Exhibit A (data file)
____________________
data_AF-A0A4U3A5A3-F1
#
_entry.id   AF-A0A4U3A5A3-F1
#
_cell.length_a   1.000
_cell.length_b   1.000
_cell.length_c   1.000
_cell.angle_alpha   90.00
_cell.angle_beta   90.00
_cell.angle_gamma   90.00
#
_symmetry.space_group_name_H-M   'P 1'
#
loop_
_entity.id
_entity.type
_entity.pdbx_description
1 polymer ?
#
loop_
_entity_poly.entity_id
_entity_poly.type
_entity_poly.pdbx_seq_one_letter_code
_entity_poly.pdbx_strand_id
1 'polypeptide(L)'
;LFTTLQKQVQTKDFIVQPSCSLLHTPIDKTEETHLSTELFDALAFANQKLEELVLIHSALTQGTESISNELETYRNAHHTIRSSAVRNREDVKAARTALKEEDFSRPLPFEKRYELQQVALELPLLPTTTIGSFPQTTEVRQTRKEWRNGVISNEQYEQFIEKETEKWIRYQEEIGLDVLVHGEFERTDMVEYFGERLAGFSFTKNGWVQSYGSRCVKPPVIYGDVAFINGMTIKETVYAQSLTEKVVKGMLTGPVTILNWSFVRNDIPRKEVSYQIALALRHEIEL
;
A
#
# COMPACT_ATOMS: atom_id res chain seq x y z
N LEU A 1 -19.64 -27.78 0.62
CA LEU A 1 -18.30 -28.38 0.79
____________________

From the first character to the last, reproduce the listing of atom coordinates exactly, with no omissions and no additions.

data_AF-A0A4U3A5A3-F1
#
_entry.id   AF-A0A4U3A5A3-F1
#
_cell.length_a   1.000
_cell.length_b   1.000
_cell.length_c   1.000
_cell.angle_alpha   90.00
_cell.angle_beta   90.00
_cell.angle_gamma   90.00
#
_symmetry.space_group_name_H-M   'P 1'
#
loop_
_entity.id
_entity.type
_entity.pdbx_description
1 polymer ?
#
loop_
_entity_poly.entity_id
_entity_poly.type
_entity_poly.pdbx_seq_one_letter_code
_entity_poly.pdbx_strand_id
1 'polypeptide(L)'
;LFTTLQKQVQTKDFIVQPSCSLLHTPIDKTEETHLSTELFDALAFANQKLEELVLIHSALTQGTESISNELETYRNAHHTIRSSAVRNREDVKAARTALKEEDFSRPLPFEKRYELQQVALELPLLPTTTIGSFPQTTEVRQTRKEWRNGVISNEQYEQFIEKETEKWIRYQEEIGLDVLVHGEFERTDMVEYFGERLAGFSFTKNGWVQSYGSRCVKPPVIYGDVAFINGMTIKETVYAQSLTEKVVKGMLTGPVTILNWSFVRNDIPRKEVSYQIALALRHEIEL
;
A
#
# COMPACT_ATOMS: atom_id res chain seq x y z
N LEU A 1 -19.64 -27.78 0.62
CA LEU A 1 -18.30 -28.38 0.79